The headline isn’t mine, it came as a demand from my longtime eating partner Shelley, who heard me complain yet again about one of her beloveds — this particular paragon presenting as fat, limp, edible.
“Make ‘I Hate Burritos’ the title of your book, it will fly off the shelves.”
On wings of beans? What an inviting image, so inimical to the burrito itself, a blimp that can’t get off the ground, no less burst into tasty flame. Burritos are the opposite of flight and, in a telling way, the opposite of cooking. Flying burrito? Oh, brother.
Bu-ruum! A cultural alarm goes off way before we are airborne. Our burrito is from Mexico, and sometime, somewhere it was born authentic. What luck that creative spirits have done my research for me. Monica Heisey’s Vice piece finds that “The Diccionario de Mexicanismos has an entry for the burrito as early as 1895. The entry states that a burrito is ‘A rolled tortilla with meat or other ingredients inside, called “coçito” in Yucatán and “taco” in the city of Cuernavaca and in Mexico City.’ ”
So a burrito is a taco, depending on place. In my own city, all these two have in common is their skin. Slouching toward Whole Foods on Second Avenue, which sometimes carries stone-ground “Heirloom Corn Tortillas” from Oaxaca (I’ll buy it), I see that two eatery patios on the way have been bombed with beige bags outgrowing their plates like showoff schnitzels. Beer laughter as a knife goes in and ricey concrete is exposed, ready to fill any hole.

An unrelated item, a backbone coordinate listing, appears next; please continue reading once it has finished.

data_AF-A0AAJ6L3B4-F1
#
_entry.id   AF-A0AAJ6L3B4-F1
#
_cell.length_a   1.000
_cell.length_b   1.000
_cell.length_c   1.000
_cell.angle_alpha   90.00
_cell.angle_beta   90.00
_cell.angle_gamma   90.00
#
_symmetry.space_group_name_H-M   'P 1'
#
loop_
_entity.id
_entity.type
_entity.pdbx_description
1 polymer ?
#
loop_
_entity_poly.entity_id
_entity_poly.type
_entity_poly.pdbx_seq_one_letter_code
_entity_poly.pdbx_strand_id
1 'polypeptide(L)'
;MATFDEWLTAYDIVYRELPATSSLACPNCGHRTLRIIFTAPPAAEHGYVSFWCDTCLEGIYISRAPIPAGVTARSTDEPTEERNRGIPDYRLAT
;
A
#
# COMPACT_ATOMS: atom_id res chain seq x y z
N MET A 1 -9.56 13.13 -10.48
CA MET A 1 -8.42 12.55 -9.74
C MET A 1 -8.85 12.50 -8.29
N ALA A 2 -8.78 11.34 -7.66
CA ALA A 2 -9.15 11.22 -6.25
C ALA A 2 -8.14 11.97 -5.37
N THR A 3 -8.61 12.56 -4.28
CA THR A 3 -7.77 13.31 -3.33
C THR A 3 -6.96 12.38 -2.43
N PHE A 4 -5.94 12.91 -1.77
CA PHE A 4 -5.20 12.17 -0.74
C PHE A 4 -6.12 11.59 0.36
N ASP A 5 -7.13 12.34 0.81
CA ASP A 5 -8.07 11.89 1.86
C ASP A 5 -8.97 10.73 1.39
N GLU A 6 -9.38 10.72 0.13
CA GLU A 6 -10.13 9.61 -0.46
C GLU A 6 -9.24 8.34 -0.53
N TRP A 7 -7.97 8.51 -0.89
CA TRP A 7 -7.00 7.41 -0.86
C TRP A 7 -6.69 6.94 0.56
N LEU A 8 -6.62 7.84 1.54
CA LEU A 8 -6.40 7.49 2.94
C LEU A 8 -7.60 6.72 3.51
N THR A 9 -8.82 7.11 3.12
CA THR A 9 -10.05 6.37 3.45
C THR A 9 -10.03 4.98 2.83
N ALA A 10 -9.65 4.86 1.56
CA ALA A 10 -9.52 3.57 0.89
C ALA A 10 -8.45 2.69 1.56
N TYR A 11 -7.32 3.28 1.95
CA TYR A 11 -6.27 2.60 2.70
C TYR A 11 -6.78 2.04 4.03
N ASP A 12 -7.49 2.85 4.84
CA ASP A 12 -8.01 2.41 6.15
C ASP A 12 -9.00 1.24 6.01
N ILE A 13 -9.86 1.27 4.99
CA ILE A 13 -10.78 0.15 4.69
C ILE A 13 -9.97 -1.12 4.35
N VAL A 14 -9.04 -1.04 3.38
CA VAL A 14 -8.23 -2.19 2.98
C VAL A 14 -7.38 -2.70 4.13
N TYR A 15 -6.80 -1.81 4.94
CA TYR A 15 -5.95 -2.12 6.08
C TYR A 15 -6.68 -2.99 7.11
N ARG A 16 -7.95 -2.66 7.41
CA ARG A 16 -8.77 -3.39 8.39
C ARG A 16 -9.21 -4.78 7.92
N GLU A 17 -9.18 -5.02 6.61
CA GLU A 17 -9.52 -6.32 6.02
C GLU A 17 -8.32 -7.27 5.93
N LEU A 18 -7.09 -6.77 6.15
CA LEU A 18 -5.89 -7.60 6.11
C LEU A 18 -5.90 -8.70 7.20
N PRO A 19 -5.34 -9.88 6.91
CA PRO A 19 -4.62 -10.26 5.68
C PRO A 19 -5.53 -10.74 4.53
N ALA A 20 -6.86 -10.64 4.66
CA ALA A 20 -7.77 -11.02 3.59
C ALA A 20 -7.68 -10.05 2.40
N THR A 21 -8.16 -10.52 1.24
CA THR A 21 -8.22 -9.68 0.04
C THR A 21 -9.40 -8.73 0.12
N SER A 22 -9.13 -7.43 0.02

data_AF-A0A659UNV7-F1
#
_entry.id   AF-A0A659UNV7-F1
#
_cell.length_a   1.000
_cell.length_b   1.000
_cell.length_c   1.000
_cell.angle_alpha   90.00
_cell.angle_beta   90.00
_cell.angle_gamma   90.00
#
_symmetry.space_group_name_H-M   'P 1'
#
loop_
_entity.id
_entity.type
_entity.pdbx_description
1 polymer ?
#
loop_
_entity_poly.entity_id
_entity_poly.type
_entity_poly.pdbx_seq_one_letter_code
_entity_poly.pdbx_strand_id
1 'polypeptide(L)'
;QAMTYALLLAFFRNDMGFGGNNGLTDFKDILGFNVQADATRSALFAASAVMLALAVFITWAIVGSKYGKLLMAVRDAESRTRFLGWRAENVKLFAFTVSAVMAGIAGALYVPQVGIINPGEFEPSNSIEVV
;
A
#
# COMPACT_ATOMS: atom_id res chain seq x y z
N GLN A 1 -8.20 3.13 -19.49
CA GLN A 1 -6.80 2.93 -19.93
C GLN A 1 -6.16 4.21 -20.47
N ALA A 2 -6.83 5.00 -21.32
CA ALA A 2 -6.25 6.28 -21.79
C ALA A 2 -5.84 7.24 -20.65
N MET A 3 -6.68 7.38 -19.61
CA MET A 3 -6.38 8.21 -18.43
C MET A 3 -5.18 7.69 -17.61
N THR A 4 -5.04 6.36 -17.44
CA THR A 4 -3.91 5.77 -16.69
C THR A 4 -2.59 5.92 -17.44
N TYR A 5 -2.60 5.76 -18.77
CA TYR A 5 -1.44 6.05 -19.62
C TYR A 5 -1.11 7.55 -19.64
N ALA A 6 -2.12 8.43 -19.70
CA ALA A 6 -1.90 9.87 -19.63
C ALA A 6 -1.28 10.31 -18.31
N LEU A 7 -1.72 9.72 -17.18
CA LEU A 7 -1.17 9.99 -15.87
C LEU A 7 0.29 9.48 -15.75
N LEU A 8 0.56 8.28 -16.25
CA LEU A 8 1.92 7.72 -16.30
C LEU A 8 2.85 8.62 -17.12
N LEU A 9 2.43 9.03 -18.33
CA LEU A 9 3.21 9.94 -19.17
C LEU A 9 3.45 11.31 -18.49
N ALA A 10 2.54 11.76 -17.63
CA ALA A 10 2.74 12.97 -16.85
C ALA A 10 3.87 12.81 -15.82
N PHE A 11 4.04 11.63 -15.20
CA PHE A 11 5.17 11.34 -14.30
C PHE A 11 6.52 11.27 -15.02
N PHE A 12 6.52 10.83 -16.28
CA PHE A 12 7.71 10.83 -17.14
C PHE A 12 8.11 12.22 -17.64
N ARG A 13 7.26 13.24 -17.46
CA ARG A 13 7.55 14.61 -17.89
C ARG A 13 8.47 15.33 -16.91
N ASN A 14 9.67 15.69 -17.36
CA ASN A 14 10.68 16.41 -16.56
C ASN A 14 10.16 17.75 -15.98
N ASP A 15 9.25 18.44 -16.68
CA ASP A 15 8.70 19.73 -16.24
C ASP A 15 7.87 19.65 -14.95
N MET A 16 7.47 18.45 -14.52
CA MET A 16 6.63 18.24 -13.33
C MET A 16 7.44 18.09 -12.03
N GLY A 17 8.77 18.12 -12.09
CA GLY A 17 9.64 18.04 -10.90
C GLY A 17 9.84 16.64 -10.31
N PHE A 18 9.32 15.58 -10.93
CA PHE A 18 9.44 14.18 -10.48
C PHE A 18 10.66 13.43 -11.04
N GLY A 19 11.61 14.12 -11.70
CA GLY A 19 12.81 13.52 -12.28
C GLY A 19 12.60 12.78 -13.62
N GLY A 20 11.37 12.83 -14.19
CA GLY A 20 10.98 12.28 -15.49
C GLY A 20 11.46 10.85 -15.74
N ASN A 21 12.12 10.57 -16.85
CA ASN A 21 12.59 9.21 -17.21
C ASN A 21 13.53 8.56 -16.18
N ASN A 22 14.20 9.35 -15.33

But wait, something red is poured on top, as if a corpse could be invigorated by a splash of blood.
The Northern Mexico original reads as the food it should be: braised, shredded beef and a swipe of seasoned beans within a toasted tortilla. Source doesn’t indicate whether corn or flour, but it was probably the latter.
“Have you ever eaten at Chipotle?”
Shelley again. In 2017, the chain removed mold retardants and chemical flavor-tweaks from its half-million daily tortillas, and when you see photos of them, surrounding discrete particles that exchange polite hellos only in your lower digestive tract, you’ll notice those “it’s not raw” spots that are evidence of immediate toasting or grilling.
I am now gnawing on a thick rubber band. Research.
Sure, you can chow down on rubber tortillas and gulp ’em, if you employ your carefully chosen salad-bar cornucopia, including chopped Romaine, as lubricating gravel. “Chewy” is the word happy Chipotle customers use about their sturdy flour tortilla, or double tortilla. Yes, the thick, bready flour variant that some prefer for quesadillas should have a chew, but one that’s submissive and melting, not resilient.